The CCP, contrary to what they would like us to believe, is still in serious trouble. American investors, fed up with tales of profits that never materialize (Forbes), are finally beginning to look to India as a profitable alternative (New York Times). The tainted export meme has shifted to drywall found in tens of thousands of American homes (CNN). Finally, the rural interior continues to be impoverished and plundered by the regime itself (BBC). In this context, it’s easy to see why the regime would want the world (and the Chinese people) to believe the Mao-Chiang conflict was all about semantics – and for those two men, it may very well have been just that.

For the rest of us, however, it is about freedom and tyranny – and which will prevail. The more we focus on how close Mao’s heirs have moved to Chiang, the less we notice that the people of the mainland and the island democracy have moved beyond both of them to demand (and in the case of the island, achieve) genuine freedom. Therein lies the danger of Chiang’s rehabilitation.

Cross-posted to the China e-Lobby


A troubling espionage case

April 2, 2008

A former Defense Department Analyst pled guilty to helping Communist China get its hands on Taiwanese defense technology in what could have – and should have – been a crippling blow to the island democracy.  Those who may wonder why Taiwanese anti-Communists seem so determine to push the international envelope need only look at this case to understand why they can feel entirely alone.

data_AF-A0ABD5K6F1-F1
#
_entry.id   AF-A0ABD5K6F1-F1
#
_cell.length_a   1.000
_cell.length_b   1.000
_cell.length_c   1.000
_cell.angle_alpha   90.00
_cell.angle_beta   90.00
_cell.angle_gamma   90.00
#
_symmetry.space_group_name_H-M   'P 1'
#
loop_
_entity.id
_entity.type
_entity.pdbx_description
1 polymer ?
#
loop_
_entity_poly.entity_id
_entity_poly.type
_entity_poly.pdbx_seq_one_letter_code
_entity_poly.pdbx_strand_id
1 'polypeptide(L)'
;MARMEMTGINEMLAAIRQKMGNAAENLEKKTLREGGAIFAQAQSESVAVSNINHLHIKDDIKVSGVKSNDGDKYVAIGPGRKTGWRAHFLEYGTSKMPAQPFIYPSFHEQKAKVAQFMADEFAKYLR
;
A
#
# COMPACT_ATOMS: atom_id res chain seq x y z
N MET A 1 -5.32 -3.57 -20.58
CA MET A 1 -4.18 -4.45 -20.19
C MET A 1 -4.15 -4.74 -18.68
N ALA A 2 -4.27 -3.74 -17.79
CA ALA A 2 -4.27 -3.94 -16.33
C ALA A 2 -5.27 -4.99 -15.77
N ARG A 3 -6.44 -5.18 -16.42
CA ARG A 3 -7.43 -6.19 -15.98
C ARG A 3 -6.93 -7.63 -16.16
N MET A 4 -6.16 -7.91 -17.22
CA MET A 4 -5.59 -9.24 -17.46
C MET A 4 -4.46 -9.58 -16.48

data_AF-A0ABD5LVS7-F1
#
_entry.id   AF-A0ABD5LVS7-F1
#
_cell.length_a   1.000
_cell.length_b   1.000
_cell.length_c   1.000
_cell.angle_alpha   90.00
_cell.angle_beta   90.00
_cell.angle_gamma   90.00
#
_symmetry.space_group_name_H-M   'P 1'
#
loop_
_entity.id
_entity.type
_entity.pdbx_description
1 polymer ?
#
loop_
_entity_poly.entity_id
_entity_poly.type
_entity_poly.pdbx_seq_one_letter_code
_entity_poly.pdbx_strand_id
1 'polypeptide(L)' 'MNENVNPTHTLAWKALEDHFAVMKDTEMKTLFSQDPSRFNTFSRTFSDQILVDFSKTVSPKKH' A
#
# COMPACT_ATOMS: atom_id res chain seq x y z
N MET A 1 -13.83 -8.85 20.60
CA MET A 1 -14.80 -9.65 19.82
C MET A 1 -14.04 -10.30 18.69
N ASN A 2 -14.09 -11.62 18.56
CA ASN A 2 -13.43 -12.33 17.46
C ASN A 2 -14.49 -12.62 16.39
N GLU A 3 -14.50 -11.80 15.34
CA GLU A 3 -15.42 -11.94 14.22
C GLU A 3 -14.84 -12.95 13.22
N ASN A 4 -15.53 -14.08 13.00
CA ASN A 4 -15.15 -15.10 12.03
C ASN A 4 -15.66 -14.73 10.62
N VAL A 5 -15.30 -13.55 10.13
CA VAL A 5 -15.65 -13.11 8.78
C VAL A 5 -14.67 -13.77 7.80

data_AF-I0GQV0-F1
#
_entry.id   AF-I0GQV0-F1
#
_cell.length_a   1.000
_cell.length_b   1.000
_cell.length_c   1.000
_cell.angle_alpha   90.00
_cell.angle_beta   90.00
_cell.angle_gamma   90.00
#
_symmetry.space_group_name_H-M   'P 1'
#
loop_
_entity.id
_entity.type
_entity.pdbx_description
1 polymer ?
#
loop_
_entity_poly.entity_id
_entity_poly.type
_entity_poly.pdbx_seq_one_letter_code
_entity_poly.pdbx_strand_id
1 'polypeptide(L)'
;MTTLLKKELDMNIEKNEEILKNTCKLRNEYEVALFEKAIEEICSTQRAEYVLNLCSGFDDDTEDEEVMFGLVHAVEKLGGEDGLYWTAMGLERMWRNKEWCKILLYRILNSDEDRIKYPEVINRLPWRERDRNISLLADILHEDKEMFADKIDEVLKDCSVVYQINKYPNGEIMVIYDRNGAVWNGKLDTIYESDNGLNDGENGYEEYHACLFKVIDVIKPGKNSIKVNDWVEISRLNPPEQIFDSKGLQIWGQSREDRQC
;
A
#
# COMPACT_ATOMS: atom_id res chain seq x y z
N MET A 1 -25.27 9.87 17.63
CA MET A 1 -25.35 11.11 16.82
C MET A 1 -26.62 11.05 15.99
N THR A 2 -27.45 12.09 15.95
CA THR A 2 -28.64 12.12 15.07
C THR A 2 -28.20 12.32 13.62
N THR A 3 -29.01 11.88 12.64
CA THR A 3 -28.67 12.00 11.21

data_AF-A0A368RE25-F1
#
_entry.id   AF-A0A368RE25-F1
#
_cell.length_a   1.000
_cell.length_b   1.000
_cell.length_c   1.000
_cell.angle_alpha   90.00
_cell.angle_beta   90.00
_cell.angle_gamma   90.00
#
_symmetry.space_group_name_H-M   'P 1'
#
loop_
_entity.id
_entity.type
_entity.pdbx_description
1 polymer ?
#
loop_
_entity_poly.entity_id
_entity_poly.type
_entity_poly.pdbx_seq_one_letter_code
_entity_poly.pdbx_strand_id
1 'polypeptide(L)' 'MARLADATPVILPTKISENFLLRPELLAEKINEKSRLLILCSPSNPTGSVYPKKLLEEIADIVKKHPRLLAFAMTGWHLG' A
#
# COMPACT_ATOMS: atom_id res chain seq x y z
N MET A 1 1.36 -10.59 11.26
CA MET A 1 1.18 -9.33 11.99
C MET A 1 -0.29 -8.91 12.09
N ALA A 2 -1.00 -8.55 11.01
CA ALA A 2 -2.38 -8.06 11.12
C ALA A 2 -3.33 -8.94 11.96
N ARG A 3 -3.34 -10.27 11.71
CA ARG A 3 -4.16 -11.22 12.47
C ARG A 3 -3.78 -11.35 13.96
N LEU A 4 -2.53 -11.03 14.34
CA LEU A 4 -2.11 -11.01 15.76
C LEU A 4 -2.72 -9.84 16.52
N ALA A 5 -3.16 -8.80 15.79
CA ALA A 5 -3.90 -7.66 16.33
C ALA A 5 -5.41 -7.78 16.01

Is Taiwan paying attention to Tibet?

March 18, 2008

From one perspective, the Communist crackdown on Tibet couldn’t come at a better time.  The Olympics is still five months away – more than enough time, sadly, for people to forget what has happened this month.  Furthermore, this could take a lot of steam out of the reaction to the 50th anniversary of the bloody March 1959 crackdown.  From another angle, however, it couldn’t have come at a worse time, because Taiwan will elect a new President on Saturday.

Up until last week, it was fairly certain who the President would be – former Taipei Mayor Ma Ying-jeou.  Ma is the nominee of the Kuomintang (Nationalist – KMT for short) party; the party which under Chiang Kai-Shek ran all of China, then retreated to Taiwan in 1949 and ruled until losing power in the election of 2000.

Older readers might remember the KMT as the leading anti-Communist force in East Asia, but that was a long time ago.  During the 1990’s, under President Lee Teng-hui, Taiwan transitioned to a democracy, and the Taiwanese people became more confident in themselves, their elected government (Lee stood for election in 1996 and won overwhelmingly), and their right to be treated as an independent nation.

Meanwhile, Communist China, sensing an opportunity in the increasingly homesick leadership of the KMT, began making overtures toward winning them over.  The “one country, two systems” model for Hong Kong (which looked a lot better before it was implemented than it does eleven years on) was touted as a possible future for Taiwan – and many in the KMT started abandoning anti-Communism and supported reunification even under Communist rule.

Lee, however, did not, which set off a factional split in the KMT that allowed the opposition Democratic Progressive Party (DPP) to win in 2000 under Chen Shui-bian.  The split within the KMT was so bad that Lee quit the party and formed his own (the Taiwan Solidarity Union), which endorsed Chen for re-election (he won).  Now, however, after eight years, Taiwanese voters seemed to be tired of the DPP, while the KMT nominated Ma – who has taken care to adopt anti-Communist rhetoric his entire career.

The DPP nominee (former Premier Frank Hsieh) had been unable to gain any traction, even as Ma proposed a “peace treaty” with the Communists.  All the signs pointed to a KMT blowout – until Tibet started bleeding.